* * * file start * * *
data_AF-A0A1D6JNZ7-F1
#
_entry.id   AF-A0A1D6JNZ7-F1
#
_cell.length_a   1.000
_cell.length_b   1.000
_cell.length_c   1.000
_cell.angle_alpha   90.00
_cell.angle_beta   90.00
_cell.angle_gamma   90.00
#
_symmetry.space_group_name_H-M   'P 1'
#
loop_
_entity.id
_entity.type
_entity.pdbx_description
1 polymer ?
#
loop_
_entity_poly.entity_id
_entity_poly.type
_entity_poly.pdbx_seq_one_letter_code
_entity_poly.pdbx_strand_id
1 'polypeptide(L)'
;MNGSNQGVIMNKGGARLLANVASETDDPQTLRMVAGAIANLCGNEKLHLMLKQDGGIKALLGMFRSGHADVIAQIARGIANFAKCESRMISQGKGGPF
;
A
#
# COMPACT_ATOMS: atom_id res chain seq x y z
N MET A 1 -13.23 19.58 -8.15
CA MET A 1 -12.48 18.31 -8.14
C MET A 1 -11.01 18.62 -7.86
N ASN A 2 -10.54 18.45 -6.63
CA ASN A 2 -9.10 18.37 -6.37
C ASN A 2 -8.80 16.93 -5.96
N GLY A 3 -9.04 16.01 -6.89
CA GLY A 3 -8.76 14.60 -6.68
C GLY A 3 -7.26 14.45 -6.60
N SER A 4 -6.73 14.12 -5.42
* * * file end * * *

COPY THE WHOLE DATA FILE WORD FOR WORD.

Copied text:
data_AF-A0A1D6JNZ7-F1
#
_entry.id   AF-A0A1D6JNZ7-F1
#
_cell.length_a   1.000
_cell.length_b   1.000
_cell.length_c   1.000
_cell.angle_alpha   90.00
_cell.angle_beta   90.00
_cell.angle_gamma   90.00
#
_symmetry.space_group_name_H-M   'P 1'
#
loop_
_entity.id
_entity.type
_entity.pdbx_description
1 polymer ?
#
loop_
_entity_poly.entity_id
_entity_poly.type
_entity_poly.pdbx_seq_one_letter_code
_entity_poly.pdbx_strand_id
1 'polypeptide(L)'
;MNGSNQGVIMNKGGARLLANVASETDDPQTLRMVAGAIANLCGNEKLHLMLKQDGGIKALLGMFRSGHADVIAQIARGIANFAKCESRMISQGKGGPF
;
A
#
# COMPACT_ATOMS: atom_id res chain seq x y z
N MET A 1 -13.23 19.58 -8.15
CA MET A 1 -12.48 18.31 -8.14
C MET A 1 -11.01 18.62 -7.86
N ASN A 2 -10.54 18.45 -6.63
CA ASN A 2 -9.10 18.37 -6.37
C ASN A 2 -8.80 16.93 -5.96
N GLY A 3 -9.04 16.01 -6.89
CA GLY A 3 -8.76 14.60 -6.68
C GLY A 3 -7.26 14.45 -6.60
N SER A 4 -6.73 14.12 -5.42